CR382 Mistake, lapsing, reliance, reinstatement


Mistake, lapsing, reliance, reinstatement

Lapsed policy – insurer informing policyholder that if arrears paid the policy would be reinstated, and mistakenly advising that this would be without underwriting if reinstatement took place before a mentioned date – policyholder paying arrears before mentioned date – insurer invoking its mistake – policyholder entitled to enforce contract on basis of reasonable reliance.


1. The policyholder had a “key person” policy on the life of an employee.  Premiums for October and November 2017 were paid late, after the thirty day grace period. 

2. On 25 November 2017 the insurer sent the policyholder a letter advising that “Your policy has lapsed (been cancelled)”.  The letter also advised that “you may be able to reinstate the policy within 6 months”.  It stated further:

“You may be able to reinstate your policy

If you decide to pay the arrear premiums, the policy may be reinstated depending on [the insurer’s] underwriting requirements at that time.

Please speak to your financial adviser or call us to discuss your options.  You will need to apply for reinstatement within 6 months of the date of this letter”.

3. The policyholder requested that the policy be reinstated.  On 29 November 2017 a letter was sent to the policyholder’s broker (agent for the policyholder) stating as follows:

“The total outstanding amount (December 2017 premium included) is R1 479.76 to reinstate the policy without formalities.  Should the policy be reinstated after the 28th February 2018, the reinstatement will be subject to underwriting assessment”.

4. A similar letter was sent on 8 December 2017.

5. The policyholder paid the outstanding amount of R1 479.76, which included the premium for December, on 20 December 2017. 

6. The insurer then stated that it made an error in offering to reinstate the policy without formalities.  It insisted that the life insured be underwritten again before it would reinstate the policy.  The policyholder complained to our office.


7. We noted that the policy is silent on the issue of reinstatement.  This means that there is no right to reinstatement flowing from the policy.  An agreement on reinstatement would thus have to be reached between the parties.  There would have to be an offer and an acceptance, to constitute a binding agreement (a contract).

8. The letter sent on 29 November 2017 (paragraph 3 above) appears to be a clear offer by the insurer to reinstate, without formalities, if the total outstanding amount is paid.  The time within which payment must be made for reinstatement without formalities is not made as clear, but the implication is that it should be before 28 February 2018.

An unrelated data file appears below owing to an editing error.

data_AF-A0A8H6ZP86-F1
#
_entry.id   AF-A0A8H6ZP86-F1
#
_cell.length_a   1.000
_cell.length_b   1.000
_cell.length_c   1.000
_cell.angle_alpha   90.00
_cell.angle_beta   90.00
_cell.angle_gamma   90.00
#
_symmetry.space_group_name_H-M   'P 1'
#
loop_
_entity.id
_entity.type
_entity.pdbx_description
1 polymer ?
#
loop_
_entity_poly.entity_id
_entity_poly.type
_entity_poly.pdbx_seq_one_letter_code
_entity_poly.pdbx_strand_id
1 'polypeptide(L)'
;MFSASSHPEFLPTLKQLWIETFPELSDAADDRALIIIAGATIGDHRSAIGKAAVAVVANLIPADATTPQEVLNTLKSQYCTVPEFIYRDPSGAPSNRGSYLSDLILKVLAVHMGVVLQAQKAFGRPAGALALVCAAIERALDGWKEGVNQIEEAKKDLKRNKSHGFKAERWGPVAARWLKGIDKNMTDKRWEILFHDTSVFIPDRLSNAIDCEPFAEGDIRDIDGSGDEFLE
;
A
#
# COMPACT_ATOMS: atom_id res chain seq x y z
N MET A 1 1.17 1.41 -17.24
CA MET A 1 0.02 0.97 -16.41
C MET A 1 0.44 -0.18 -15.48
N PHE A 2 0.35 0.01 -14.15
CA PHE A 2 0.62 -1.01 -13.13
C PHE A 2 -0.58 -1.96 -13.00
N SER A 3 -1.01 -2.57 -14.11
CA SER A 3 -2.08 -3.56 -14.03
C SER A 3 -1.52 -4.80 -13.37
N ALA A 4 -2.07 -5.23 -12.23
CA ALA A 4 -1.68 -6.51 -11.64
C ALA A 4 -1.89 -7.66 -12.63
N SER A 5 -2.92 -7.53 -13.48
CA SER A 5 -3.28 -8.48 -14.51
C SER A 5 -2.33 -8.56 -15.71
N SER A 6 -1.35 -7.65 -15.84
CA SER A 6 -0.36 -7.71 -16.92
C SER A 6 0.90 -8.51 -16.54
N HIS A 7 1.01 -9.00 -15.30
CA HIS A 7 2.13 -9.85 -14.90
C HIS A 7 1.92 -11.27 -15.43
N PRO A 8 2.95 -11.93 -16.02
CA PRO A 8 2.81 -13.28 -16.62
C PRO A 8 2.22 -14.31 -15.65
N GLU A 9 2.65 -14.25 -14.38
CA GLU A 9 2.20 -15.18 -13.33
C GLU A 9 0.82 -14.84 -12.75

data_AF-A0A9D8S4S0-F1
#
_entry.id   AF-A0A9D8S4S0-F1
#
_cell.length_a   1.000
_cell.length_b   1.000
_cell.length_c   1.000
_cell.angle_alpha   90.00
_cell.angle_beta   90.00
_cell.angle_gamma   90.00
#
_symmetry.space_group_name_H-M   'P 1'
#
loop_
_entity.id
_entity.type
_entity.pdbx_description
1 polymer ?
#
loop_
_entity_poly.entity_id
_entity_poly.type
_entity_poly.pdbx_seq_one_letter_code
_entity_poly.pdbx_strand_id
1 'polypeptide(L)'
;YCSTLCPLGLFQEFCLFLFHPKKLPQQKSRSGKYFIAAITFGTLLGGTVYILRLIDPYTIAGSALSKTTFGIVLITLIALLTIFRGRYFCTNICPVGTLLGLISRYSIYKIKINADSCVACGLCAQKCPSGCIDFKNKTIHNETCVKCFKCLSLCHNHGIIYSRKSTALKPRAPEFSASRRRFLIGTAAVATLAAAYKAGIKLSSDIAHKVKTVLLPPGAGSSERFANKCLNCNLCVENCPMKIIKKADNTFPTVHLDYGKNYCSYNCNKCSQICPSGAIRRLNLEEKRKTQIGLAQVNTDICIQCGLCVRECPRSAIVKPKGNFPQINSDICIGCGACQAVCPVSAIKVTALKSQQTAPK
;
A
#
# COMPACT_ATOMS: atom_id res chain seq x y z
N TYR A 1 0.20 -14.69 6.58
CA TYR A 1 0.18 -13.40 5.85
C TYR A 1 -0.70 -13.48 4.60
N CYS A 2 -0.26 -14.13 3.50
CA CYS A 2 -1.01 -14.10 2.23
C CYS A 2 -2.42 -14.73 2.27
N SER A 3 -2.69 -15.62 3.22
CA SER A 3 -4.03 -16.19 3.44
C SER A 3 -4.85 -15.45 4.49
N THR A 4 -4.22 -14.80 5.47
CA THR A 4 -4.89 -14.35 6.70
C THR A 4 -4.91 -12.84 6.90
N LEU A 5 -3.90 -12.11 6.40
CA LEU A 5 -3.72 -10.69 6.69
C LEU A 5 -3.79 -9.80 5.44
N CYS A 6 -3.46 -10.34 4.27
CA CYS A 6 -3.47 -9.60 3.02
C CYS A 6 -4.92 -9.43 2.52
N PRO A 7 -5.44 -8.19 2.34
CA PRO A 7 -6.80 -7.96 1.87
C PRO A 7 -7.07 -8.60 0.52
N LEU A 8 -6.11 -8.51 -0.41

9. The policyholder paid the total outstanding amount of R1 479.76, which included the premium for December, on 20 December 2017.  In doing so the policyholder indicated acceptance of the insurer’s offer.

10. The insurer then stated that it made a mistake in offering to reinstate the policy without formalities.

11. This mistake would be regarded as causal, since according to the insurer it intended to contract on different terms, ie on the basis that underwriting would be required.  The mistake is material (essential), since it led to dissensus between the parties on a material term of the contract.

12. An essential mistake in principle means that a contract is invalid (void ab initio), because of the lack of subjective agreement. 

13. Contractual invalidity in this situation may be seen as unfair to the other party, if he reasonably believed that there was a valid contract, and the reasonable reliance approach may then come into play.

14. In accordance with the reasonable reliance approach, it must be asked whether the policyholder (the non-mistaken party) reasonably believed that there was subjective consensus between the parties.  If so, he should be able to enforce the contract despite the insurer’s mistake.  In terms of the reasonable reliance theory, the contract will be valid if the mistaken party (the insurer) created the impression that it subjectively agreed to the contract; and there was reliance on this impression by the non-mistaken party; and the reliance was reasonable.

15. In this case the insurer created the impression that it would reinstate the policy without underwriting/formalities if the arrears were paid before 28 February 2018.  The policyholder relied on this impression, paid the arrears on 20 December 2017, and attempted to pay subsequent premiums.  In our view the policyholder’s reliance in this case was reasonable.  We stated our view that the insurer should be held to the contract.


16. The insurer reinstated the policy without underwriting.